Casey Stoney’s ‘hell of a journey’ to manager of Man United
The former England coach and player has battled both sexism and homophobia
Casey Stoney was appointed head coach of the newly-formed Manchester United’s women’s team in May of this year. Photograph: Manchester United/Man Utd via Getty Images
It has, says Casey Stoney, been a “a hell of a journey”, one that has felt like an interminable battle at times, both personally and professionally, with so many voices telling her she could never be what she wanted to be. The battling is far from over, she says, and it can still be wearying, but she’s never been in a better place. Life is good.
“I’ve got three amazing children, I’ve got an amazing partner, I’m head coach of Manchester United, and I’ve done all of this because of me and the people who have supported me.”
She thinks back to the night she led the Great Britain team out at Wembley for their London 2012 game against Brazil in front of a crowd of 70,000, a moment that made all that battling seem worthwhile.
“It was like all the early mornings had been worth it, the full days at work, all the late nights training, training on Christmas Day, the tears, the highs, the lows, all the sexism, all the homophobia, all the times I was told I couldn’t do or be something. ‘Look, I’m here now, I’ve overcome all of you, I persevered’,” she says, before smiling and thrusting two fingers in the air.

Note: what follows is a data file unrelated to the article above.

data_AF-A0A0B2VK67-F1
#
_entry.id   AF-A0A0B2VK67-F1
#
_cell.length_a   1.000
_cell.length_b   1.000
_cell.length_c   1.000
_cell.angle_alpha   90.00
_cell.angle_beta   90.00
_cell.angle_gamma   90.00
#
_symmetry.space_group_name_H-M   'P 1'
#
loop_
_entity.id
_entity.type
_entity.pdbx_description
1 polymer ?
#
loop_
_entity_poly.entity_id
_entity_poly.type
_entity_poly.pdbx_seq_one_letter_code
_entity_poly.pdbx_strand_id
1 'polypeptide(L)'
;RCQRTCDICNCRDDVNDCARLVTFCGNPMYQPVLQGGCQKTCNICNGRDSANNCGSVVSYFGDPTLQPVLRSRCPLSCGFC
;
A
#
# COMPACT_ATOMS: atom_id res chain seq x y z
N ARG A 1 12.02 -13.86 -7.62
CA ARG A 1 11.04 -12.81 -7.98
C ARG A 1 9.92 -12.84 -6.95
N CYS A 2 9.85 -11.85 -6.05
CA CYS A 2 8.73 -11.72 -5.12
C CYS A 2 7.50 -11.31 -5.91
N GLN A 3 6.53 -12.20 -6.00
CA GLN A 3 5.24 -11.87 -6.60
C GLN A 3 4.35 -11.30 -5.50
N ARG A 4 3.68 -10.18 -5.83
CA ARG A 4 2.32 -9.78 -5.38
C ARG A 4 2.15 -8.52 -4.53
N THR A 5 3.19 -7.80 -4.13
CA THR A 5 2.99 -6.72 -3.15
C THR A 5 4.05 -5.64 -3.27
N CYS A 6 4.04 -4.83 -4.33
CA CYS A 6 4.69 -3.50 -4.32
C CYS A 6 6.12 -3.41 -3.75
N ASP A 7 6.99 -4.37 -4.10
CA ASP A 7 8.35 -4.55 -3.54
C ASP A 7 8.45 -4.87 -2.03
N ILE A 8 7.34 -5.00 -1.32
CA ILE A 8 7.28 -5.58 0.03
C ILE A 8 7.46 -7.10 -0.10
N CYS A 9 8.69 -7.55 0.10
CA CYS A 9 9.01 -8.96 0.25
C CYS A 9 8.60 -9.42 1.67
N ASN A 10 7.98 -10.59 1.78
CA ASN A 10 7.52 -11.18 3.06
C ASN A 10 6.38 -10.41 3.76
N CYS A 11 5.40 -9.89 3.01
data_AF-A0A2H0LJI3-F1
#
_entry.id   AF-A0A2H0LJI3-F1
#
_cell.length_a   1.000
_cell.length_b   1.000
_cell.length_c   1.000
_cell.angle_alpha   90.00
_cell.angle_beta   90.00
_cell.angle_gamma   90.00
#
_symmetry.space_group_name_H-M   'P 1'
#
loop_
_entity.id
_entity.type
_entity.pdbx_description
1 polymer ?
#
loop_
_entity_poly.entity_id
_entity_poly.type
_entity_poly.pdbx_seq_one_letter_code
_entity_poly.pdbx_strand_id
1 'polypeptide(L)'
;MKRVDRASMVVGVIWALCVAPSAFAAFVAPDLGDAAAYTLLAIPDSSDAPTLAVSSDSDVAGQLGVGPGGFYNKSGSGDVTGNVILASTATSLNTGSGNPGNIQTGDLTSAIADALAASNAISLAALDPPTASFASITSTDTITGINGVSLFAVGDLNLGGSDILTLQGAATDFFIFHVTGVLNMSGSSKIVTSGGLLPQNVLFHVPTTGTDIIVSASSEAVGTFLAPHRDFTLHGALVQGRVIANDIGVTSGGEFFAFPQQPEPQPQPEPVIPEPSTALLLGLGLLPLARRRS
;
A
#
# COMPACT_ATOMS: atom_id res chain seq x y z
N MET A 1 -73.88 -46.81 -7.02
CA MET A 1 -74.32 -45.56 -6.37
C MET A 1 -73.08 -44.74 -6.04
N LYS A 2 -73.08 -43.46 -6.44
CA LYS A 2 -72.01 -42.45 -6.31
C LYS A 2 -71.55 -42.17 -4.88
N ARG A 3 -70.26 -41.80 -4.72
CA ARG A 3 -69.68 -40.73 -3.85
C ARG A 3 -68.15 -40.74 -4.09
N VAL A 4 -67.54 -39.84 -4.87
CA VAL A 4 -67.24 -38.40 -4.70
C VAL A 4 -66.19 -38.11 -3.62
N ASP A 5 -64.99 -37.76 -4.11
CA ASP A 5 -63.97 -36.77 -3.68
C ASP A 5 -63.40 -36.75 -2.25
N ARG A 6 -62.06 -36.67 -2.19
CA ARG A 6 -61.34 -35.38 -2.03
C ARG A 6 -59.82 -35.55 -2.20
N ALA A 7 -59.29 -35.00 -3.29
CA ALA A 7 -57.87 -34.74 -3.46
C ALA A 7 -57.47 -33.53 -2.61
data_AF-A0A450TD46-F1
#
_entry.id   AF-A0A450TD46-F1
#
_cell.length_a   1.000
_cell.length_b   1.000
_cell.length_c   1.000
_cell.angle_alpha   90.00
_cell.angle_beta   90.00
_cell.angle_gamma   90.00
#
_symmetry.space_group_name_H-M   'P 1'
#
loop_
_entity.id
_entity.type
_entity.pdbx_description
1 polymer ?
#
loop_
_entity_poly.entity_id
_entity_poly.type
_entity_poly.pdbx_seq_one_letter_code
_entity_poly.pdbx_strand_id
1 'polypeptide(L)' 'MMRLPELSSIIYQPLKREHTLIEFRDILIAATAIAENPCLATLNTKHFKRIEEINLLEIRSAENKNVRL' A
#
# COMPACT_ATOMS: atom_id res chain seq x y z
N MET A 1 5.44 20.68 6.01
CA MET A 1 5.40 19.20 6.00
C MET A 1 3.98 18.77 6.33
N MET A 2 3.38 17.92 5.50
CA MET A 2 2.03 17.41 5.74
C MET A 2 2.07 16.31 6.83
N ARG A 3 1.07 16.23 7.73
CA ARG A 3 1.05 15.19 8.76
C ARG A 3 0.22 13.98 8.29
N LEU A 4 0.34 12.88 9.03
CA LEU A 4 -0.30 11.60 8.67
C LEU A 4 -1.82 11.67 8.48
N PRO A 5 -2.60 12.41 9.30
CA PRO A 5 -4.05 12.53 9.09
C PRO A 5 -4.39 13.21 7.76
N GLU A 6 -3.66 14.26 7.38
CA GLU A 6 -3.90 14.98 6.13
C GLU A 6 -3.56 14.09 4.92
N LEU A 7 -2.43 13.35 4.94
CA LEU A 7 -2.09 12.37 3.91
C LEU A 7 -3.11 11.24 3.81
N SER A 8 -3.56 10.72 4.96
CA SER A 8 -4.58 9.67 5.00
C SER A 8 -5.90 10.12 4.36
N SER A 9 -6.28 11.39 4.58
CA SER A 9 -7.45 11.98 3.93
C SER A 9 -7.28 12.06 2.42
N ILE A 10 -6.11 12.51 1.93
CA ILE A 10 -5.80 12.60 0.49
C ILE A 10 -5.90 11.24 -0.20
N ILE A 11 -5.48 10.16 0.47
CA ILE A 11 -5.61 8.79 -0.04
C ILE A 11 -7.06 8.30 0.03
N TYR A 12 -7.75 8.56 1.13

It was back in February that Stoney, now 36, called time on a playing career that yielded 130 caps for England and a dozen major trophies during spells with Arsenal, Charlton, Chelsea, Lincoln and Liverpool. She then joined the England set-up as Phil Neville’s assistant but by May she was her own boss having been appointed head coach of the newly-formed Manchester United’s women’s team.
I said to the girls that success for us, apart from being competitive in the top league, would be for every little girl growing up wanting to play for Manchester United
The club had scrapped the team back in 2005 when the Glazer family took over, it “not being part of the core business”, a decision that earned them a torrent of criticism until, 13 years later, they applied for a licence to compete in the FA Women’s Championship, a rung below the Super League. Stoney, who started doing her coaching badges when she was 17, beat off a number of contenders for the position of head coach and then had a month to assemble a squad in time for the new season. So far? Played five, won four, drew one, scored 23, conceded none, top of the table.
A decent start? “Not bad,” she laughs. “I was just incredibly proud to get the job. I went up against some tough, tough candidates, some really well respected men within the game and women too, so it’s such a privileged position to be in. It’s been a blank canvas too, I don’t have to clear up anyone’s mess, I’m not inheriting anyone’s players, I went and recruited all of them along with my assistant. It’s our style, our philosophy, our way of working, and we’re developing it as we go. It’s really, really exciting. And the club has given me loads of support and free reign to do it.”